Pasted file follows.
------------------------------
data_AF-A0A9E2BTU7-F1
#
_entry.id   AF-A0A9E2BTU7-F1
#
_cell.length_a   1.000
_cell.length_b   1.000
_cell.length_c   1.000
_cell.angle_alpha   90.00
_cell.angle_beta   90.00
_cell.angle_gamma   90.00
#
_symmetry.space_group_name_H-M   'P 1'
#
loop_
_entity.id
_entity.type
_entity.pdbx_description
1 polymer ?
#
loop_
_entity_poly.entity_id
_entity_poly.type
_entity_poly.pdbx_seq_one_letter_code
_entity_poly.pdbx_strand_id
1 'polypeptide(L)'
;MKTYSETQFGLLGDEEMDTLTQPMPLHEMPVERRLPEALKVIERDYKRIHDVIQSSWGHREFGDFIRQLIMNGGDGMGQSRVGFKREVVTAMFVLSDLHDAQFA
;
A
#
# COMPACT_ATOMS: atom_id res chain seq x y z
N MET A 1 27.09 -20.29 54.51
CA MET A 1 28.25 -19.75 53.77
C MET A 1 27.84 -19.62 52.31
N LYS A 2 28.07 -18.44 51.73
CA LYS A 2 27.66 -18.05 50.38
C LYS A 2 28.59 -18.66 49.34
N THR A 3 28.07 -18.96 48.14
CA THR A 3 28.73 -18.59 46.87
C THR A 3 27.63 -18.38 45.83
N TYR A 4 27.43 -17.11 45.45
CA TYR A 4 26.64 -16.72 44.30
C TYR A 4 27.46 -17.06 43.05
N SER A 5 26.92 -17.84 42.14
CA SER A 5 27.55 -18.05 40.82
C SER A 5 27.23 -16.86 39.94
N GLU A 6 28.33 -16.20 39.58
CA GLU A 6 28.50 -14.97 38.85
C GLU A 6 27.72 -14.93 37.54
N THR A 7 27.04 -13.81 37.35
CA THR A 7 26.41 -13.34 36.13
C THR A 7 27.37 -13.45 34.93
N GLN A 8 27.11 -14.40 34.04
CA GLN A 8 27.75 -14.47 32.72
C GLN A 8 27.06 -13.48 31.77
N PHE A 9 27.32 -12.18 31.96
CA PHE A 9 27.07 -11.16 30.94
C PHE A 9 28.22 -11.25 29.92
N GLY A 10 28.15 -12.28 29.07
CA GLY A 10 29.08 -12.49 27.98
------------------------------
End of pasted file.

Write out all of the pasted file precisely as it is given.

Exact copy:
data_AF-A0A9E2BTU7-F1
#
_entry.id   AF-A0A9E2BTU7-F1
#
_cell.length_a   1.000
_cell.length_b   1.000
_cell.length_c   1.000
_cell.angle_alpha   90.00
_cell.angle_beta   90.00
_cell.angle_gamma   90.00
#
_symmetry.space_group_name_H-M   'P 1'
#
loop_
_entity.id
_entity.type
_entity.pdbx_description
1 polymer ?
#
loop_
_entity_poly.entity_id
_entity_poly.type
_entity_poly.pdbx_seq_one_letter_code
_entity_poly.pdbx_strand_id
1 'polypeptide(L)'
;MKTYSETQFGLLGDEEMDTLTQPMPLHEMPVERRLPEALKVIERDYKRIHDVIQSSWGHREFGDFIRQLIMNGGDGMGQSRVGFKREVVTAMFVLSDLHDAQFA
;
A
#
# COMPACT_ATOMS: atom_id res chain seq x y z
N MET A 1 27.09 -20.29 54.51
CA MET A 1 28.25 -19.75 53.77
C MET A 1 27.84 -19.62 52.31
N LYS A 2 28.07 -18.44 51.73
CA LYS A 2 27.66 -18.05 50.38
C LYS A 2 28.59 -18.66 49.34
N THR A 3 28.07 -18.96 48.14
CA THR A 3 28.73 -18.59 46.87
C THR A 3 27.63 -18.38 45.83
N TYR A 4 27.43 -17.11 45.45
CA TYR A 4 26.64 -16.72 44.30
C TYR A 4 27.46 -17.06 43.05
N SER A 5 26.92 -17.84 42.14
CA SER A 5 27.55 -18.05 40.82
C SER A 5 27.23 -16.86 39.94
N GLU A 6 28.33 -16.20 39.58
CA GLU A 6 28.50 -14.97 38.85
C GLU A 6 27.72 -14.93 37.54
N THR A 7 27.04 -13.81 37.35
CA THR A 7 26.41 -13.34 36.13
C THR A 7 27.37 -13.45 34.93
N GLN A 8 27.11 -14.40 34.04
CA GLN A 8 27.75 -14.47 32.72
C GLN A 8 27.06 -13.48 31.77
N PHE A 9 27.32 -12.18 31.96
CA PHE A 9 27.07 -11.16 30.94
C PHE A 9 28.22 -11.25 29.92
N GLY A 10 28.15 -12.28 29.07
CA GLY A 10 29.08 -12.49 27.98